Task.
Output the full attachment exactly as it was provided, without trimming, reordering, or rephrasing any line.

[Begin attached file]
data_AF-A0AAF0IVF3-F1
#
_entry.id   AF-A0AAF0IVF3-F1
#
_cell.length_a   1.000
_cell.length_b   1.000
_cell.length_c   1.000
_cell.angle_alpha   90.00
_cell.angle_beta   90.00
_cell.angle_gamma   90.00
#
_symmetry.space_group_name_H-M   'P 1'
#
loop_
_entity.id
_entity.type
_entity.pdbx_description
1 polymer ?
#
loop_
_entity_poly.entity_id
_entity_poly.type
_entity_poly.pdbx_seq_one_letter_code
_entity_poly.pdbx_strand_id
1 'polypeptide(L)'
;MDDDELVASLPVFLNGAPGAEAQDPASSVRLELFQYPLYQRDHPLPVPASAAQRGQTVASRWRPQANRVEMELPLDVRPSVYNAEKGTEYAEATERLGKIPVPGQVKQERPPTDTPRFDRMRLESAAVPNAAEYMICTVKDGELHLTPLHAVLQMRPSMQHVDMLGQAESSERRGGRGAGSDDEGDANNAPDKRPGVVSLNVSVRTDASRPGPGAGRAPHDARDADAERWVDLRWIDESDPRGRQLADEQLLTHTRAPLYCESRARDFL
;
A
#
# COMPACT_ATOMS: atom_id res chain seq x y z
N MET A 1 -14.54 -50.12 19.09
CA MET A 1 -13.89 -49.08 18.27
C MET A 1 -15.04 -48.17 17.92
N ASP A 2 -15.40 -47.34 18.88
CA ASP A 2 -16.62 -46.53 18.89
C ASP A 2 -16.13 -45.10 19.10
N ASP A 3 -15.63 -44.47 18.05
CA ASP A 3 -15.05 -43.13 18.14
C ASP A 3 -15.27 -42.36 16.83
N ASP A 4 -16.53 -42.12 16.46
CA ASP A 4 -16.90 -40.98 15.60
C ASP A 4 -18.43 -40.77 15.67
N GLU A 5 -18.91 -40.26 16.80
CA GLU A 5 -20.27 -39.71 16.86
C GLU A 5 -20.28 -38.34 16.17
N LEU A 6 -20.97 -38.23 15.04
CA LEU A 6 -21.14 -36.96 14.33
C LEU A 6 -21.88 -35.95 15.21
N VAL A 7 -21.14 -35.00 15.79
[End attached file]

data_AF-A0AAF0IVF3-F1
#
_entry.id   AF-A0AAF0IVF3-F1
#
_cell.length_a   1.000
_cell.length_b   1.000
_cell.length_c   1.000
_cell.angle_alpha   90.00
_cell.angle_beta   90.00
_cell.angle_gamma   90.00
#
_symmetry.space_group_name_H-M   'P 1'
#
loop_
_entity.id
_entity.type
_entity.pdbx_description
1 polymer ?
#
loop_
_entity_poly.entity_id
_entity_poly.type
_entity_poly.pdbx_seq_one_letter_code
_entity_poly.pdbx_strand_id
1 'polypeptide(L)'
;MDDDELVASLPVFLNGAPGAEAQDPASSVRLELFQYPLYQRDHPLPVPASAAQRGQTVASRWRPQANRVEMELPLDVRPSVYNAEKGTEYAEATERLGKIPVPGQVKQERPPTDTPRFDRMRLESAAVPNAAEYMICTVKDGELHLTPLHAVLQMRPSMQHVDMLGQAESSERRGGRGAGSDDEGDANNAPDKRPGVVSLNVSVRTDASRPGPGAGRAPHDARDADAERWVDLRWIDESDPRGRQLADEQLLTHTRAPLYCESRARDFL
;
A
#
# COMPACT_ATOMS: atom_id res chain seq x y z
N MET A 1 -14.54 -50.12 19.09
CA MET A 1 -13.89 -49.08 18.27
C MET A 1 -15.04 -48.17 17.92
N ASP A 2 -15.40 -47.34 18.88
CA ASP A 2 -16.62 -46.53 18.89
C ASP A 2 -16.13 -45.10 19.10
N ASP A 3 -15.63 -44.47 18.05
CA ASP A 3 -15.05 -43.13 18.14
C ASP A 3 -15.27 -42.36 16.83
N ASP A 4 -16.53 -42.12 16.46
CA ASP A 4 -16.90 -40.98 15.60
C ASP A 4 -18.43 -40.77 15.67
N GLU A 5 -18.91 -40.26 16.80
CA GLU A 5 -20.27 -39.71 16.86
C GLU A 5 -20.28 -38.34 16.17
N LEU A 6 -20.97 -38.23 15.04
CA LEU A 6 -21.14 -36.96 14.33
C LEU A 6 -21.88 -35.95 15.21
N VAL A 7 -21.14 -35.00 15.79